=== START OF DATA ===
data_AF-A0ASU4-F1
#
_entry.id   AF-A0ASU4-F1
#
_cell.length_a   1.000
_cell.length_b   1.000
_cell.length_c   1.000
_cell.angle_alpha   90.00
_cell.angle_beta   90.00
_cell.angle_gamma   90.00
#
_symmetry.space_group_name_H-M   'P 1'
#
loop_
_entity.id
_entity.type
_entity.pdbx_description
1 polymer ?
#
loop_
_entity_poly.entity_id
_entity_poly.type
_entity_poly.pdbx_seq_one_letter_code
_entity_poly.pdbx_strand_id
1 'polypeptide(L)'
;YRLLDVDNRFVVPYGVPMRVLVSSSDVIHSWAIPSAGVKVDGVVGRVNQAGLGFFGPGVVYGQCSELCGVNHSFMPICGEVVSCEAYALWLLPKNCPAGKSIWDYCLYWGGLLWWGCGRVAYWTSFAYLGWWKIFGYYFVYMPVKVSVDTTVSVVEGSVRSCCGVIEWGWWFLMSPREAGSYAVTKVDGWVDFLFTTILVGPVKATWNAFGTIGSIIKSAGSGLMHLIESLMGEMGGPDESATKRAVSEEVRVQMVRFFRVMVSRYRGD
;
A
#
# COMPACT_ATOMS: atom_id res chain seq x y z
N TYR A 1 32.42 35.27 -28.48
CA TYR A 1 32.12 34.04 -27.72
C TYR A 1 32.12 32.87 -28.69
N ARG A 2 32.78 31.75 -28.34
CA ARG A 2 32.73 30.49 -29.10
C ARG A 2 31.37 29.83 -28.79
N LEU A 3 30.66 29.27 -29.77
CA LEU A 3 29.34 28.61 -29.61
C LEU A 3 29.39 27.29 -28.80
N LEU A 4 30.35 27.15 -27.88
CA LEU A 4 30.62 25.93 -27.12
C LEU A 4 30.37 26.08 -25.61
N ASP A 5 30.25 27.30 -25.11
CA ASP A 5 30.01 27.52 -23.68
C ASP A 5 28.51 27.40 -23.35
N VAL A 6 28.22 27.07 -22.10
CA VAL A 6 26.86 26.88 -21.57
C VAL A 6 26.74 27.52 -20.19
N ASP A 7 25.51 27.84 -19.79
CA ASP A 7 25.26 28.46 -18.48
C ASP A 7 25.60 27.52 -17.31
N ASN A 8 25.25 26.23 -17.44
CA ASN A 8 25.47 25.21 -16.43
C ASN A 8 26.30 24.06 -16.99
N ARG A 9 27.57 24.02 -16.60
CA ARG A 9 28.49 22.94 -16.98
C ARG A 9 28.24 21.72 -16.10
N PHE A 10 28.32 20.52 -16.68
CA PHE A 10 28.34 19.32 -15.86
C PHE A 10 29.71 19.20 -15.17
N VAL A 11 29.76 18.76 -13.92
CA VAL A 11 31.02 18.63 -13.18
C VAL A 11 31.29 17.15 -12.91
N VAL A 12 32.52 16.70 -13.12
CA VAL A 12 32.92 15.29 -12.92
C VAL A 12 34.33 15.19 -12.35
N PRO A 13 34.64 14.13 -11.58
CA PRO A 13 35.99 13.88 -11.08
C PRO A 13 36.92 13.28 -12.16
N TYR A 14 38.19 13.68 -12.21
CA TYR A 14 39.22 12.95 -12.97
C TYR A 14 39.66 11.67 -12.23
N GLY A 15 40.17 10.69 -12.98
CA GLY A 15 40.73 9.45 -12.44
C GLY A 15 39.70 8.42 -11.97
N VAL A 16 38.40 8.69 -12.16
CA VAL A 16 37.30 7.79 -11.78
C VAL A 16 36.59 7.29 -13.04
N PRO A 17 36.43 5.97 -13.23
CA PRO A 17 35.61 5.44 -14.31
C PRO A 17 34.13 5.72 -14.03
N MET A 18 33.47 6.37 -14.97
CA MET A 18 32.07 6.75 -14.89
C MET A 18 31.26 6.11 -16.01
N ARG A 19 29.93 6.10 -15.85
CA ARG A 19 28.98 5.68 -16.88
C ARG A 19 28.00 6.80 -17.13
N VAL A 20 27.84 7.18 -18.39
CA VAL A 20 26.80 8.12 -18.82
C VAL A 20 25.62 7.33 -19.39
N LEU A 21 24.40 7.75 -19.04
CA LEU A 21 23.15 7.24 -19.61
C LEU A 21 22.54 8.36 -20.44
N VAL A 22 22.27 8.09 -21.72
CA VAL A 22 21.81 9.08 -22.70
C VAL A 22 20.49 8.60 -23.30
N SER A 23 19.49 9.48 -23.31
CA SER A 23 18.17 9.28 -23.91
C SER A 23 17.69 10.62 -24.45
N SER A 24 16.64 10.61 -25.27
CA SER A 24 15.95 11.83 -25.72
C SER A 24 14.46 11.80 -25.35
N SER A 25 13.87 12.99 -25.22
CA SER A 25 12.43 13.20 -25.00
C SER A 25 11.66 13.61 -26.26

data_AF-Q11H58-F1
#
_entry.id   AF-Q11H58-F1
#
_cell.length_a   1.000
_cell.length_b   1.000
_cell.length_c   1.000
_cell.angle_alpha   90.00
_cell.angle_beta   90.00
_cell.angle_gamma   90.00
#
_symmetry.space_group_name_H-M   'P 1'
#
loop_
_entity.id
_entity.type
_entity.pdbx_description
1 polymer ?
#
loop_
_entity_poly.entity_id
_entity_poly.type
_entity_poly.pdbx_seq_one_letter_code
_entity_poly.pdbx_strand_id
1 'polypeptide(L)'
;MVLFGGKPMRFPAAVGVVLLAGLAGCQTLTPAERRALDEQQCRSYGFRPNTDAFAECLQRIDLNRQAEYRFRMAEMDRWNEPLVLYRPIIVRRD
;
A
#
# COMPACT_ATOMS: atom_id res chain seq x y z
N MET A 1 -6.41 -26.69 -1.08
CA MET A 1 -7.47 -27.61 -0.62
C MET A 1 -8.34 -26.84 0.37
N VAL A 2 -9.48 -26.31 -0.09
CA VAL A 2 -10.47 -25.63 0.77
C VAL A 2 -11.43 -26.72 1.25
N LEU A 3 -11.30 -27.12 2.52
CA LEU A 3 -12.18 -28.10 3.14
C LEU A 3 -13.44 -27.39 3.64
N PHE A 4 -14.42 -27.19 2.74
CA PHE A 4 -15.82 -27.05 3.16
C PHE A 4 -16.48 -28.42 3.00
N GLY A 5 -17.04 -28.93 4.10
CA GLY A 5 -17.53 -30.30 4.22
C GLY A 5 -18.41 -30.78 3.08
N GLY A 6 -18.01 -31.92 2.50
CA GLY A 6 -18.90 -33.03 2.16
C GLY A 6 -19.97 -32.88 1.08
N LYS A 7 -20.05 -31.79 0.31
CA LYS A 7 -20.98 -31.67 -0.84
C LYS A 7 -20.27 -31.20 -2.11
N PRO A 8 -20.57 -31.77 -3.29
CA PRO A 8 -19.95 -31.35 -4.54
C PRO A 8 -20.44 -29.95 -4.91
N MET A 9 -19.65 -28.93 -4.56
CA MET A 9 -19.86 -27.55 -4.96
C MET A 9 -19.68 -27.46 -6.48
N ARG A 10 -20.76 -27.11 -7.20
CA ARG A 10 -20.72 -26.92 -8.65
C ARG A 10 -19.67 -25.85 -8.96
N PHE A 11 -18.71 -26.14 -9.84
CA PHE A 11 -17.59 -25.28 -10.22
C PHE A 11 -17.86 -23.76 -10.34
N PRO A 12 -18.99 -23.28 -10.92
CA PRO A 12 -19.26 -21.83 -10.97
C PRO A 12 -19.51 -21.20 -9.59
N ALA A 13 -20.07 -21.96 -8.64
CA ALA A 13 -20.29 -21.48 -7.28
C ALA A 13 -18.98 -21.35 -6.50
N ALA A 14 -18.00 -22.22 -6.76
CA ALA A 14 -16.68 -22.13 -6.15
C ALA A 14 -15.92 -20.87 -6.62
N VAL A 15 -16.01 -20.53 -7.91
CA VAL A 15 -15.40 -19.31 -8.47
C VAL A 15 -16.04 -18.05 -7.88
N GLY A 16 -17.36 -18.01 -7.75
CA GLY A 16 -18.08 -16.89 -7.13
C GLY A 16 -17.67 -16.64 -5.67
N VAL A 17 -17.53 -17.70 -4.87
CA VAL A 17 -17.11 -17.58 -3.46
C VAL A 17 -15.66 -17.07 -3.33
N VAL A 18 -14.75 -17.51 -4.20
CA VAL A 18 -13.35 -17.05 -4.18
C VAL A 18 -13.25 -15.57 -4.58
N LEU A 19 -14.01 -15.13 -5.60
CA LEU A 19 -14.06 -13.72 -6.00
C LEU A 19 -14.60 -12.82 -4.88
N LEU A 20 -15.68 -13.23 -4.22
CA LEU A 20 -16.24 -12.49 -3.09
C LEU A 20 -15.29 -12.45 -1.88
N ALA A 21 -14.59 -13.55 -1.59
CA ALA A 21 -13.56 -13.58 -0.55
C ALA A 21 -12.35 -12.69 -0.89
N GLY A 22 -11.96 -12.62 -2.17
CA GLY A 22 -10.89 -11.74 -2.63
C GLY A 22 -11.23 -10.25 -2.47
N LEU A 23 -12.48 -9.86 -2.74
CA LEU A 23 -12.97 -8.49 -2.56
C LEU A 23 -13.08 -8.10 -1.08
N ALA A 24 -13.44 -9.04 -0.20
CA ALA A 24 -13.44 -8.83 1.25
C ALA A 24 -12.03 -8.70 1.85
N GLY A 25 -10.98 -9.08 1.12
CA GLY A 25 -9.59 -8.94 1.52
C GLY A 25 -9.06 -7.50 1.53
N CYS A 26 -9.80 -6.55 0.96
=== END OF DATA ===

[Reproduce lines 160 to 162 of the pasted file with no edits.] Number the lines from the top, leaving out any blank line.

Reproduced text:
N MET A 9 -19.65 -28.93 -4.56
CA MET A 9 -19.86 -27.55 -4.96
C MET A 9 -19.68 -27.46 -6.48